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How To Set Up A Home Office For Tax Purposes

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As the coronavirus outbreak has grown and lock down began, more and more business owners found themselves working from home. For some business owners this was a case of working from the kitchen table, while others took on a spare room as their new office. As the lock down begins to relax, business owners are left wondering if setting up a home office could be a more permanent solution for them.

In this blog post we would like to share how you can set up a home office for tax purposes. We will look at this from three different points of view. This includes the point of view of the business owner of a limited company as well as the view of an employee and the view of a sole trader.

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Business Owner of a Limited Company

As the business owner of a limited company you are able to claim the cost of working from home through your limited company. In 2019 to 2020 tax year, this is a flat rate of £4 per week. This then rises to a flat rate of £6 a week for the tax year 2020 to 2021. The cost of working from home, in this case, is classed as an expense in your limited company accounts. This means you will get corporation tax relief in this instance. It is important to note that this is not seen as a benefit in kind. Therefore you do not need to report it on the directors’ self-assessment tax return.

It is possible to rent part of your house to your limited company, as a way to set up a home office for tax purposes. To do this, you will need to have a proper rental agreement between your home and your business. The rent would then be classed as an expense in the limited company accounts. You will therefore get corporation tax relief for this. The income from this received personally would need to be recorded in the directors’ self-assessment tax return.

Allowable expenses would be able to be claimed against the rental income. This covers things like a proportion of rent, council tax, utilities and similar household bills. The downside of this is that there could a Capital Gains Tax implication when you come to sell your home. This is due to part of your house being used for business. It would mean you would therefore not qualify for private tax residence tax relief.

If you are a business owner of a limited company and considering setting up a home office for tax purposes, contact our team. We can talk through the options with you to ensure you are aware of what to expect and you make the right decision for you and your business.

Employee

As an employee of a business working from home you are able to claim the same amount as the business owner of a limited company.  This is £4 per week at a flat rate for the 2019–2020 tax year, or £6 per week at a flat rate for the 2020-2021 tax year. However, it is important to note that you can only get this if your employer agrees. If your employer does not agree with this payment you are able to claim the tax relief directly from HMRC.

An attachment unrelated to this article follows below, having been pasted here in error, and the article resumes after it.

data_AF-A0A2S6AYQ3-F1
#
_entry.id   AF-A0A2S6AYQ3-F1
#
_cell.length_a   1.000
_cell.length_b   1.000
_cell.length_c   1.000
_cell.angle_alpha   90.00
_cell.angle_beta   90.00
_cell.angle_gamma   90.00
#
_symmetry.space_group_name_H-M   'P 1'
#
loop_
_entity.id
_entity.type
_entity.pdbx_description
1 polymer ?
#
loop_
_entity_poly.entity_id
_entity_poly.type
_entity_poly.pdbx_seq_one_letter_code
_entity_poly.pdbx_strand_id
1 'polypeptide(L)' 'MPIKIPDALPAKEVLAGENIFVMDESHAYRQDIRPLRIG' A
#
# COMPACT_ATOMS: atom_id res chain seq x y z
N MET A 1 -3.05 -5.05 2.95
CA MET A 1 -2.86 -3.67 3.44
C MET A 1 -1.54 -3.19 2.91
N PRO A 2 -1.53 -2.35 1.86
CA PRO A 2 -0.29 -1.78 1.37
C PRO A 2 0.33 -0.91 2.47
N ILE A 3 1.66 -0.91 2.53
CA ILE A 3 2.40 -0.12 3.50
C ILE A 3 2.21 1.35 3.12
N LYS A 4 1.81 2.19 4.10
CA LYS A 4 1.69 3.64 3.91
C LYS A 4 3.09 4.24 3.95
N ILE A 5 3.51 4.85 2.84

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As with business owners of limited companies and sole traders, there are other expenses that you can claim for as an employee. These expenses include IT and software costs from working from home, a business mobile phone contract and any postage or stationery costs. When looking to claim for these expenses it is essential you remember these costs must be used for business use only. If you use your mobile phone for personal and business use, the expenses claim will differ.

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Sole Trader

When looking to set up a home office for tax purposes as a sole trader you will be able to claim the cost of working from home, but it differs based on hours worked. If you are working between 25 and 50 hours a month from home you can claim £10 as a flat rate per month. Those sole traders working from home between 51 and 100 hours a month can claim a flat rate of £18 per month. Finally, if you are a sole trader working 101 or more hours a month from home then you can claim the flat rate of £26 per month. These are recorded as an expense. This will then reduce your personal tax. You may also be able to claim a proportion of your home telephone and internet bills on top of this.

There is another way to set up a home office for tax purposes. You can claim a proportion of all your bills while working at home. This can include your rent, council tax, electricity, water, gas, internet and phone as well as the interest on your mortgage.

The way to work out the proportion of your claim is to add up all the costs of the above bills and find the percentage used by your business. In many cases this will just be one room in your house. If the total costs for all the above come to £6,000 and you have 6 rooms in your house, and one is used for your business, this is 12.5%. This comes to £750. You then need to calculate how many hours you used this room each week for your business. In this example we will say that you work 42 hours a week from the room on your business, out of a possible 168 hours. This is 25% and works out at £187.50. This means you could claim £187.50 per annum.

In this example you would be better off on the base rate option. As explained previously, in this example you would get £312 on the base rate. This is why it is so important to talk to an experienced accountant. They will help you understand the best way to set up a home office for tax purposes.

If you are considering the options for you and your employees working from home in the long-term, contact our team now. We will help you put the right processes in place to ensure it works for you, your business and your accounts.